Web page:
With St Patrick’s day almost upon us, I thought it would be the perfect time to take a look at the traditional Gaelic units of measure that were once commonly used in Ireland.
We have evidence of the units of measure people used in Ireland going back as far as early
Many of the measures that evolved in Ireland bear a strong resemblance to those of other countries, despite being developed independently. Unsurprisingly, these units were based on parts of the human body — such as the foot-sized
Way back when…
The following are examples of the earliest known Gaelic units, used around the early Christian era.
The smallest unit of length was the grán (pronounced like “grawn”). This was based on the length of a grain of wheat and was just over 1⁄4 of a modern inch. This is a similar unit to the barleycorn (1⁄3 inch).
The next sizes up are the hand based units, such as the thumb-sized ordlach (or orlach in modern Irish, pronounced like “or-lock”), which was 3 grán — or almost 7⁄8 of a modern inch.
The bas (pronounced like “b-aww-ss”) was a palm-sized unit equal to 4 ordlach (about 3 1⁄3 modern inches), slightly larger than a palm in English units.
There was also a unit based on the size of a fist, the dorn, which was 6 ordlach (or 5 modern inches).
As you might expect, there were also foot and pace-based units. The old Irish version of the foot was the troighid (or troigh in modern Irish, pronounced like “trig”). As with the English foot, this was 12 ordlach in size, or approximately 10 modern inches. There was also a céim (or step in English, pronounced like “came”) of 2 1⁄2 troighid and a double-step deiscéim, which is actually 6 troighid, not 5, and works out at almost 5 feet in modern units.
Longer units of length include the fertach, or rod in English, of 12 troighid. This makes it 9’10” in modern terms — much shorter than the English rod. 12 fertach make a forrach — or just under 40 yards in modern terms.
There doesn’t seem to be much recorded in terms of a similar unit to the Roman mile around this time, but there is one vague unit called a Senchus Mór, which was understood to be “as far as the sound of the bell or the crow of the barn-door cock could be heard”. There was also a faithche, which was the length a man could achieve using a spear while standing at his house. This was the distance away from the house that the boundary.
The original Irish unit of area was the tir-cumaile. A cumal is a term for three cows, and this unit is based on the land required to graze a cumal (tir means land). It was 12 forrach in length and 6 forrach wide, or about 23 acres.
After the Anglo-Norman invasion, and the acre was introduced, some other units of area were common in Ireland, including a seisrech, or “ploughland” of 120 acres. This was equivalent to the English Carucate.
There was also a baile of 12 seisrech/ploughlands (1,440 ac). In English, this translates to a townland, which is still a common term used today in Ireland to refer to areas near a town. Baile or bally is also a common prefix for many towns in Ireland.
30 bailes made a tuath (4,320 ac), which was a word for a petty kingdom or territory.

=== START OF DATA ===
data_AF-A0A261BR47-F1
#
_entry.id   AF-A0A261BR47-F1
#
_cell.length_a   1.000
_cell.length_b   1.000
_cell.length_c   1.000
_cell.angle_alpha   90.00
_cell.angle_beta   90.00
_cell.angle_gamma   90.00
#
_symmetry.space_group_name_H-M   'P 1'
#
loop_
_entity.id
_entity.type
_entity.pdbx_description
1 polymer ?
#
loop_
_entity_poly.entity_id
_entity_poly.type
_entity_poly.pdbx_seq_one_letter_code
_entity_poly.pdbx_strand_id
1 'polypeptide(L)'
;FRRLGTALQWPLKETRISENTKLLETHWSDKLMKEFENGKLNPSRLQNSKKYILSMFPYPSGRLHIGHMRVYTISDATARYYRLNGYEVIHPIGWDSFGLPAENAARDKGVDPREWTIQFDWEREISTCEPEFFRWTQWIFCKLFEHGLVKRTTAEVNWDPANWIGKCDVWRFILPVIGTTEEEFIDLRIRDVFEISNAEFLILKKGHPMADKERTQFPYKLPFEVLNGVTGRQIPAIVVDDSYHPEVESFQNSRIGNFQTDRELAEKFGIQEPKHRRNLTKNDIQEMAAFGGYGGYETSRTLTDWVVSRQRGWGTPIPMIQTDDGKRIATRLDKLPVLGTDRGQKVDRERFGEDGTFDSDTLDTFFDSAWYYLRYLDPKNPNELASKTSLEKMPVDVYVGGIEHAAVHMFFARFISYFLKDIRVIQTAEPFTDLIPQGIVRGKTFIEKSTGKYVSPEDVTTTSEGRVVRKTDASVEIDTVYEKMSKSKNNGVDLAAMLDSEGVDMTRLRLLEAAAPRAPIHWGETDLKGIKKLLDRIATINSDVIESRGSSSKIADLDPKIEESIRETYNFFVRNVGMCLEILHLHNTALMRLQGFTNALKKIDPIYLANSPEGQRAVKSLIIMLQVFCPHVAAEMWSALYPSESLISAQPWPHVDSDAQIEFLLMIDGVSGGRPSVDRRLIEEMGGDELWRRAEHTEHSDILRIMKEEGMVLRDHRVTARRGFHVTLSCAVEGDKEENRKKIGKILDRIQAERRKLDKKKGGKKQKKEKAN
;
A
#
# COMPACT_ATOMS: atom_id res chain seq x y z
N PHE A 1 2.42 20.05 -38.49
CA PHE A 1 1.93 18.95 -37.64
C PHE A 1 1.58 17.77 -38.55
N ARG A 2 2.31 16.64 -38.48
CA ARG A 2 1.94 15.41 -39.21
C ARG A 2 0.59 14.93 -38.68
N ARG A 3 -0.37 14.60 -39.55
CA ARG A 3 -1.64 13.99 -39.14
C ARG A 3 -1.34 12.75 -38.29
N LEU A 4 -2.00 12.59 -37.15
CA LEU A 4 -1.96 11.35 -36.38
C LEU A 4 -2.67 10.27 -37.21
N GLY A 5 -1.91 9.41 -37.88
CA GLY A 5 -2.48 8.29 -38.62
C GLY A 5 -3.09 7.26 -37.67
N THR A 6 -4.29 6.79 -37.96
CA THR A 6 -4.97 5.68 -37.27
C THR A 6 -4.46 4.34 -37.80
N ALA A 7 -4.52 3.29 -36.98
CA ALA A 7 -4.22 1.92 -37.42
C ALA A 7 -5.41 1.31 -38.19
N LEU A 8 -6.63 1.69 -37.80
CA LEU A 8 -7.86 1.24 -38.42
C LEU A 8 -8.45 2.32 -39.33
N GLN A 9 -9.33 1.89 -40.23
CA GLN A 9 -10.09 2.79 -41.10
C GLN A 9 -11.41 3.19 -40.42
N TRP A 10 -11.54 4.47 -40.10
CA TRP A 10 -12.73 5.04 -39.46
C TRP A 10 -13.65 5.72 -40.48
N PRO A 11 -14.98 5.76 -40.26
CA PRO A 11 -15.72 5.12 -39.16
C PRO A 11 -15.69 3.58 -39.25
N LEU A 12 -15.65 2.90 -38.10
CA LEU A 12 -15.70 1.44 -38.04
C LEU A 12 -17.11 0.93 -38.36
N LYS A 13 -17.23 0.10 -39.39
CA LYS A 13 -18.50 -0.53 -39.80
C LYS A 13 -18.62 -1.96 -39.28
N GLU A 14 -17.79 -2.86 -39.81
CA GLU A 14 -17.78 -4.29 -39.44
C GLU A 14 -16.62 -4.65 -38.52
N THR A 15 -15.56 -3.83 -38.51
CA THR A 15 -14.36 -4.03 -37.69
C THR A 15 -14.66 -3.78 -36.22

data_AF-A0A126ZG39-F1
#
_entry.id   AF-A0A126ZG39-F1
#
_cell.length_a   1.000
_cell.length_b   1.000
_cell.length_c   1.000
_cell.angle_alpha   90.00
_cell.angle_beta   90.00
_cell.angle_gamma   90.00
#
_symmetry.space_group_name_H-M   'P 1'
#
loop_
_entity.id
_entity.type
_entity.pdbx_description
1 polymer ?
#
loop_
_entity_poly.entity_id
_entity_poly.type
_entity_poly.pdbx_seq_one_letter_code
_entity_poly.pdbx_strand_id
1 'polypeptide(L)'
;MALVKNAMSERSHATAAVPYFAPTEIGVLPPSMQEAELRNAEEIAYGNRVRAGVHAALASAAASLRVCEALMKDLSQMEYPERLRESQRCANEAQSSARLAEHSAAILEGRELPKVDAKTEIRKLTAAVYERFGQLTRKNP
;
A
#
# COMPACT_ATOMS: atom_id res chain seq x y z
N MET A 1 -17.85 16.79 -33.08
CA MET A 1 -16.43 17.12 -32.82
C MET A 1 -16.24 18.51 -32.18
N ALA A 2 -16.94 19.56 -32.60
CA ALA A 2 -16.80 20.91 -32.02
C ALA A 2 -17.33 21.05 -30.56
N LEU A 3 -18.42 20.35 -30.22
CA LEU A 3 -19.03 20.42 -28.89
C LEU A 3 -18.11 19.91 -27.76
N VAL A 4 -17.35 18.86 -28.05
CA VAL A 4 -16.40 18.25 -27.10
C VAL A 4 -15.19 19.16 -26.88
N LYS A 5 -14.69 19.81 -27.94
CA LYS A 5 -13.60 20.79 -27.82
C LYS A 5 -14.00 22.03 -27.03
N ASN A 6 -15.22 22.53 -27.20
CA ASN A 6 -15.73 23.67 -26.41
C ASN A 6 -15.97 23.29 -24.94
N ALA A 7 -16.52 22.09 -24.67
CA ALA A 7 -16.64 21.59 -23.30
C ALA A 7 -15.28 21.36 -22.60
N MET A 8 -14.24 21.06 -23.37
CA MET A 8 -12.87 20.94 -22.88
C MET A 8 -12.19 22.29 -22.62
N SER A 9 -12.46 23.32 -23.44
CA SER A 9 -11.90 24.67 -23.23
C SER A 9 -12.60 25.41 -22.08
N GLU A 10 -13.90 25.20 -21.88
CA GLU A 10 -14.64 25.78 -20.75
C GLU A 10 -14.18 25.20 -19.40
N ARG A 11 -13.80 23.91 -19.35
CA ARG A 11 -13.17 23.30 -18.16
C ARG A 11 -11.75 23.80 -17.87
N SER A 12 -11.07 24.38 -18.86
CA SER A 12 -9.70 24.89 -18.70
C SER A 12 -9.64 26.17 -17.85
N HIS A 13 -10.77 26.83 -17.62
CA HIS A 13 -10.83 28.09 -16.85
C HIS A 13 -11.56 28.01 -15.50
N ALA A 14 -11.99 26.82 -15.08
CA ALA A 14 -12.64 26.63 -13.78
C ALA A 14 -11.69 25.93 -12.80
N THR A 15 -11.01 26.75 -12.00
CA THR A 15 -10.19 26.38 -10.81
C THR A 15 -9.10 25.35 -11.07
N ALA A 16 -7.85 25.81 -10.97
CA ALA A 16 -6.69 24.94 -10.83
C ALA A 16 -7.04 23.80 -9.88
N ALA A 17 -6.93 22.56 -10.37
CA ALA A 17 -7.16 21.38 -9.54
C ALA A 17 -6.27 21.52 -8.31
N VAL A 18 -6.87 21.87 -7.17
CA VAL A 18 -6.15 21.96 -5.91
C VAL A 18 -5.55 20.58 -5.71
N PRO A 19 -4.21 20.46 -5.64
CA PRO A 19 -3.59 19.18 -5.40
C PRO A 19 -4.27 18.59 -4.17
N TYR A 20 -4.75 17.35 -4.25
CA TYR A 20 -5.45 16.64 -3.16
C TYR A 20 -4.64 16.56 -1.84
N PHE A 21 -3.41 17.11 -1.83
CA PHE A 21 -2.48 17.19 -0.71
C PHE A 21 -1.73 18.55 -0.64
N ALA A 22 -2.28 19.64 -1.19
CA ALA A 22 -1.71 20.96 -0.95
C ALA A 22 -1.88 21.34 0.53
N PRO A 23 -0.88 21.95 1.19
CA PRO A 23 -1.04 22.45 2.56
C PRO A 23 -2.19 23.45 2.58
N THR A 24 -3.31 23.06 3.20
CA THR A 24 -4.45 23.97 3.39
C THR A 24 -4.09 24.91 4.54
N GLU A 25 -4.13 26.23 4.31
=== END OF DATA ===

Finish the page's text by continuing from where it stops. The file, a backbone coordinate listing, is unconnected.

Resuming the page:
The ancient Irish used a unit of volume based on the capacity of a vessel that was (and is) commonly available and, for the time, quite convenient to use — a hen’s eggshell. It was called an og (pronounced “oh-g”, the old Irish word for egg), and was approximately 2 fl oz.
12 og made a méisrin (pronounced like “may-sh-rin”), the Irish version of the pint (1 pt 3 fl oz in imperial). 12 méisrin made an olderb (or “great vessel” which equates to 1 3⁄4 imp gallons). 12 olderb made an oilmedach (or “great mead vessel”, approximately 21 imp gallons).
The smallest weight was the grán, based on the same thing as the unit of length — a grain of wheat. It was a similar size to the grain in English units and was approximately 0.05 grams.
The pinginn (pronounced “pin-yeen”) was 8 grán and was the Irish version of the pennyweight. This was also the name for the penny in the Irish currency before the switch-over to the Euro. 3 pinginní made a screpall, the Irish word for the scruple, and was about the same size. 24 screpall made an ungae, Irish for ounce (same Latin origins).
More modern times…
After British occupation, and the plantations of the 17th century, English units began to displace the traditional Gaelic measures. However, there were still differences with the Irish versions of these measures until “statute” imperial measures were later enforced. Here are some notable differences:
The Irish mile (or míle Gaelach) was 8 Irish furlongs of 280 yards, making it 1.27 English miles or 2.05 km. There are some surviving milestones throughout the country showing distances in Irish miles, and despite being officially outlawed in 1824, there was still some residual use in the first few decades of the 20th century.
The Irish acre was 10 square Irish chains of 28 yards, making it 7,840 sq yds or 1.62 English acres. Again, despite it being outlawed from 1824, newspapers still advertised farmland and other properties using Irish acres up until the mid-20th century.
So, there you have it, a little look into some of the units St. Patrick would have used while going around converting everyone to Christianity. Maybe he had the odd méisrin to celebrate a successful conversion…